B.C.-based tour operator Adventures Abroad is launching tours to Kurdistan, calling it the one part of war-torn Iraq where the chance of targeted violence against foreigners is "extremely low." Controlled by the Kurdish regional government, Kurdistan boasts historical and archeological sites in a setting of valleys and mountains. There are also trucks "with balaclava-clad soldiers manning heavy machine guns," the company says. Travellers fly into the capital Erbil, bypassing Baghdad. Land-only prices start at $3,490 for May 26 and Sept. 22 departures. Details: adventures-abroad.com.
Travel spreads peace, according to global travellers and opinion leaders from eight countries. In a study conducted for Marriott International, 77 per cent of 1,100 respondents agreed that "the more people experience other countries and cultures, the more peace will spread." As well, 48 per cent said travel is the most effective tool for breaking down cultural barriers. Percentages for other choices were 30 for the Internet, 9 for television/movies and 9 for political diplomacy. Ninety-six per cent agreed that travel stimulates the economy.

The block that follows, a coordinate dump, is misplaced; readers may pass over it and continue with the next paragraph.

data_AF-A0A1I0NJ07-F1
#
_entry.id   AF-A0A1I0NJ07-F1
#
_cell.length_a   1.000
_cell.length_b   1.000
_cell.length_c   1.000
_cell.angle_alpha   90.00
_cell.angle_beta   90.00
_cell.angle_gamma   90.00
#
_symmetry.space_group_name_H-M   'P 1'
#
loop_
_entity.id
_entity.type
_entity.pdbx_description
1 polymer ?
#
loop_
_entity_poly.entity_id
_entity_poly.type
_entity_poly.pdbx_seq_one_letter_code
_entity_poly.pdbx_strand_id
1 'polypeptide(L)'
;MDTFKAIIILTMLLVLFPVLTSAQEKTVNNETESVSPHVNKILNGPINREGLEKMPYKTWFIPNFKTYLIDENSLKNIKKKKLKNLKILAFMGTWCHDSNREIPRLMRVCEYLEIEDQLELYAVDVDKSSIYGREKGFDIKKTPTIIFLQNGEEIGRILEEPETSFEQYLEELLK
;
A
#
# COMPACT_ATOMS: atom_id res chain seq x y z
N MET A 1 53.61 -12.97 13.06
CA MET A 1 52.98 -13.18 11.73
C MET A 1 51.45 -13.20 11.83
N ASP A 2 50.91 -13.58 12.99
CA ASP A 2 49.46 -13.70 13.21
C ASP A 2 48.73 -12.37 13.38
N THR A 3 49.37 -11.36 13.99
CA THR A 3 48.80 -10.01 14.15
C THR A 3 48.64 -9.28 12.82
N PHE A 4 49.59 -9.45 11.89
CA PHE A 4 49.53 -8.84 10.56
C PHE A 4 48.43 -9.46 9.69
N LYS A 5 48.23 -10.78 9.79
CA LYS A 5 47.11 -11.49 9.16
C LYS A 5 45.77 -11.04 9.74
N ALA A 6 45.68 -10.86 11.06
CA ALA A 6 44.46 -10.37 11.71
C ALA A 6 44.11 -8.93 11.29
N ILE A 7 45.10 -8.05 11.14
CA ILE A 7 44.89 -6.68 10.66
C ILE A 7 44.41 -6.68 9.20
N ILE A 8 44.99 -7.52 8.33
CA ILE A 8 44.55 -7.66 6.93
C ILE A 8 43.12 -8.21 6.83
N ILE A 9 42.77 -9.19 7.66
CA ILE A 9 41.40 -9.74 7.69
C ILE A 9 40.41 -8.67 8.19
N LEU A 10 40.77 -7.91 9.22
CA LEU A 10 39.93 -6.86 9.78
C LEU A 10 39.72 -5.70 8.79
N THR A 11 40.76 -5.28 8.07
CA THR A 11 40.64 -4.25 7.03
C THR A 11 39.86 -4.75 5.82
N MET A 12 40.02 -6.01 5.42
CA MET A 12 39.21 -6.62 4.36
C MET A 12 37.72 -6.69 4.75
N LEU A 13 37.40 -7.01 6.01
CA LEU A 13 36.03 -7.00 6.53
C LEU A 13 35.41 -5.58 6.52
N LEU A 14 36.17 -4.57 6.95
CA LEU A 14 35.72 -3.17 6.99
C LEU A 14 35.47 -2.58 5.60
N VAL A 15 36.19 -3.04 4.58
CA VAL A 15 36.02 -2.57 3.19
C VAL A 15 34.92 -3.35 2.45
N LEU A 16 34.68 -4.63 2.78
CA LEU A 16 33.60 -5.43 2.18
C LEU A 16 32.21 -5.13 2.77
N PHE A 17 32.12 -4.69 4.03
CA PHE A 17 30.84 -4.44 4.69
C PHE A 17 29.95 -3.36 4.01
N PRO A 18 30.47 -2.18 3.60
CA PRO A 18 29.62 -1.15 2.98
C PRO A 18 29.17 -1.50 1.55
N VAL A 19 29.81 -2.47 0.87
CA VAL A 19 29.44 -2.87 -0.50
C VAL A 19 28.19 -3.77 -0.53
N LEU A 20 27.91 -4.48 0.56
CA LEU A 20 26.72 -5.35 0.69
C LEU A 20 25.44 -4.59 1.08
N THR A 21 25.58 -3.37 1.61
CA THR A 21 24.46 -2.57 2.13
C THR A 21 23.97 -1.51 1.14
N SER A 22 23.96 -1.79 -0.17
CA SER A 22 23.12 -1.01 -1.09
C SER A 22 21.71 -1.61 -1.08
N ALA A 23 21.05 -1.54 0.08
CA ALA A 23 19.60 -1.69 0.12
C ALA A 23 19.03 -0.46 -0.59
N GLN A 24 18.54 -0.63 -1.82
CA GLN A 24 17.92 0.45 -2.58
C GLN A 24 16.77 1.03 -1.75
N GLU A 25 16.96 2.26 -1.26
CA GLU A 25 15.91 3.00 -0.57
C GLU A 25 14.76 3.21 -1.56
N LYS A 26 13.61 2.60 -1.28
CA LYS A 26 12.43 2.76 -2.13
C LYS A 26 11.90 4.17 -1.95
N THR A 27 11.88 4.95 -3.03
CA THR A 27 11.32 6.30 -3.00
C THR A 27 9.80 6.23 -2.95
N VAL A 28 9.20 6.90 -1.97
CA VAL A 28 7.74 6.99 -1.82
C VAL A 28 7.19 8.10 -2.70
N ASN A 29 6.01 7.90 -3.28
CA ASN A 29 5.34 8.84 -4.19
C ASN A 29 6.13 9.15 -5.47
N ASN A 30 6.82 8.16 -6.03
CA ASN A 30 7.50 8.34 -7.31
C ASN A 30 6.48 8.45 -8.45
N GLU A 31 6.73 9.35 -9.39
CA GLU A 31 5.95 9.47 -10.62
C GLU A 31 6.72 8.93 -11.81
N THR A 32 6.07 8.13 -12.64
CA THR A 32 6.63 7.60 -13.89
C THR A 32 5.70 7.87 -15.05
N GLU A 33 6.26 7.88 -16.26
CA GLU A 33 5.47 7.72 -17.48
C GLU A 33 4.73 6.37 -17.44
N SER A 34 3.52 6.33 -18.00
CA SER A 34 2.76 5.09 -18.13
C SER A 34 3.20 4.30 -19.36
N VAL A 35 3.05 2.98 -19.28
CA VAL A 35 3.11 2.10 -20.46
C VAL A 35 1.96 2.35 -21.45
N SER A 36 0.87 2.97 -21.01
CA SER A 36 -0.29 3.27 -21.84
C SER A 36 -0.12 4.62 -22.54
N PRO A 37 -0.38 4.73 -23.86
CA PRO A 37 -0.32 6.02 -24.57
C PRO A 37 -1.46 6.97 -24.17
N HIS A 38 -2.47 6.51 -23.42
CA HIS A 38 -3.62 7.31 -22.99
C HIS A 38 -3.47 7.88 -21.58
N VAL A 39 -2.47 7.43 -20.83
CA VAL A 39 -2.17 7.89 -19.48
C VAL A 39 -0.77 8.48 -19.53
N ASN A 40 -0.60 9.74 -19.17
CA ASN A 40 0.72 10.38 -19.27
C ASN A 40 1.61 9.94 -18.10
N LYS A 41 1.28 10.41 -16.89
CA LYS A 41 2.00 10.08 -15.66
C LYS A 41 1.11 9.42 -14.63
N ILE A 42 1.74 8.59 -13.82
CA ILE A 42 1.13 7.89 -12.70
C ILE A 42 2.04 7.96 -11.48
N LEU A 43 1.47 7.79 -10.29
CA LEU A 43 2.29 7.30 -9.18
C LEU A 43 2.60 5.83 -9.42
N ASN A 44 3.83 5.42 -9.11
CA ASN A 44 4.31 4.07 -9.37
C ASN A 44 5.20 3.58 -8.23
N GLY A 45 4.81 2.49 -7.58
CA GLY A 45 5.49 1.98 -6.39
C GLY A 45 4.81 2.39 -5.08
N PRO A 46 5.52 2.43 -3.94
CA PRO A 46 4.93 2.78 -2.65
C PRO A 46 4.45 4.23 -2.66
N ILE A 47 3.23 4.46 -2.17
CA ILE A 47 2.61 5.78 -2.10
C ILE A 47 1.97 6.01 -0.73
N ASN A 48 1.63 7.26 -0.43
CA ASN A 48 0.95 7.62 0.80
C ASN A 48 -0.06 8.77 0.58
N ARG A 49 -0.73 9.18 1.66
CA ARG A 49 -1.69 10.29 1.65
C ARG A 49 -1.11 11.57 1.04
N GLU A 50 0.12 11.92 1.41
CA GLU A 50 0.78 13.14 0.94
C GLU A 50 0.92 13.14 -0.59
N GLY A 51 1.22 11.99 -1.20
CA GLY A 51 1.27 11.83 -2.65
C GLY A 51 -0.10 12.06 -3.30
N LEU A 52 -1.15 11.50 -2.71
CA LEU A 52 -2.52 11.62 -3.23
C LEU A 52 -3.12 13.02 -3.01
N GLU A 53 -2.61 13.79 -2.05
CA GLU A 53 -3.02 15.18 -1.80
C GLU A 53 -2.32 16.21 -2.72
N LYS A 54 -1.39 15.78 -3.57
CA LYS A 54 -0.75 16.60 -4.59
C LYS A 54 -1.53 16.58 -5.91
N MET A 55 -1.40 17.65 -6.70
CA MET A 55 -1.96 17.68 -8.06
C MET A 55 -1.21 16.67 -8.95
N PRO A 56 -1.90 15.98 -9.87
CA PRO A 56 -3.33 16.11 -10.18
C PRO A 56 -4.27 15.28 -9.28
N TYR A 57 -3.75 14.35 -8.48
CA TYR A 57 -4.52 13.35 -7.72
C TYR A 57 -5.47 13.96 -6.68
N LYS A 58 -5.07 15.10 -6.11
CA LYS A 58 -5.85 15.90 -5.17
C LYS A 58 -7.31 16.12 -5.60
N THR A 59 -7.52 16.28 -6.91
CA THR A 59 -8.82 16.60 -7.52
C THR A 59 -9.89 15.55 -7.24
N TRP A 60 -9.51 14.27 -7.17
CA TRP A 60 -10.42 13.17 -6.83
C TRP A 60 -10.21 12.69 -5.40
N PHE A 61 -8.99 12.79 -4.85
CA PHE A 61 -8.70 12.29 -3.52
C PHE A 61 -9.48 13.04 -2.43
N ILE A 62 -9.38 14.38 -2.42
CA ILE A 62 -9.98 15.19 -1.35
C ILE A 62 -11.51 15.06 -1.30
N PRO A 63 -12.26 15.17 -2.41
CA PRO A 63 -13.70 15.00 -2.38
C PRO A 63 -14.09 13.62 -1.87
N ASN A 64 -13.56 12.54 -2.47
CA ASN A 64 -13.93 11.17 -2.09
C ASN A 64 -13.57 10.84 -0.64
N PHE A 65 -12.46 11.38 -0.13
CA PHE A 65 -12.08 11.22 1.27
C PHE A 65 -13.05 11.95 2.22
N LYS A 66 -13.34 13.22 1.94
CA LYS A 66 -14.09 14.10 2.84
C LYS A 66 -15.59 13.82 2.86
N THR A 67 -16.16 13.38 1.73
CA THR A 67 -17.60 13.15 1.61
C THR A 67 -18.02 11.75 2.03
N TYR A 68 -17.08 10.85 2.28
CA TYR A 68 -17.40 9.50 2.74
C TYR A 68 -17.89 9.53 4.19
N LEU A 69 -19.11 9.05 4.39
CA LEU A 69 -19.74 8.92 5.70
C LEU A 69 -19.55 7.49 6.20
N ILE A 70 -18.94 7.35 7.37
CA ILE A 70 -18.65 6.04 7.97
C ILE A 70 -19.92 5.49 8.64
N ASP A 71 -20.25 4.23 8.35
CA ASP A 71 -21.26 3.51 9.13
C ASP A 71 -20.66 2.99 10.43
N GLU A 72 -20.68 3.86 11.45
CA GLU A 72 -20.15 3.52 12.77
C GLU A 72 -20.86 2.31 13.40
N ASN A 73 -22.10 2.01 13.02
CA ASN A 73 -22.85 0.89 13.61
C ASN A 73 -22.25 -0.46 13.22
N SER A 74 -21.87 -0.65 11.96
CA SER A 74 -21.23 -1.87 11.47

In the room
Hotel loyalty programs trump love, a study by Starwood Hotels is concluding. Asked to choose between bringing their spouse/partner or receiving hotel loyalty rewards while travelling, 73 per cent of respondents chose the rewards plan. The questions were put to 9,900 adults from around the world who travel more than 25 times a year. Sixty-five per cent said they were more scared of losing their status in a hotel program than of lost luggage (12 per cent) or missing a flight (11 per cent).
Sources: Adventures Abroad, Marriott, Starwood.
Special to The Globe and Mail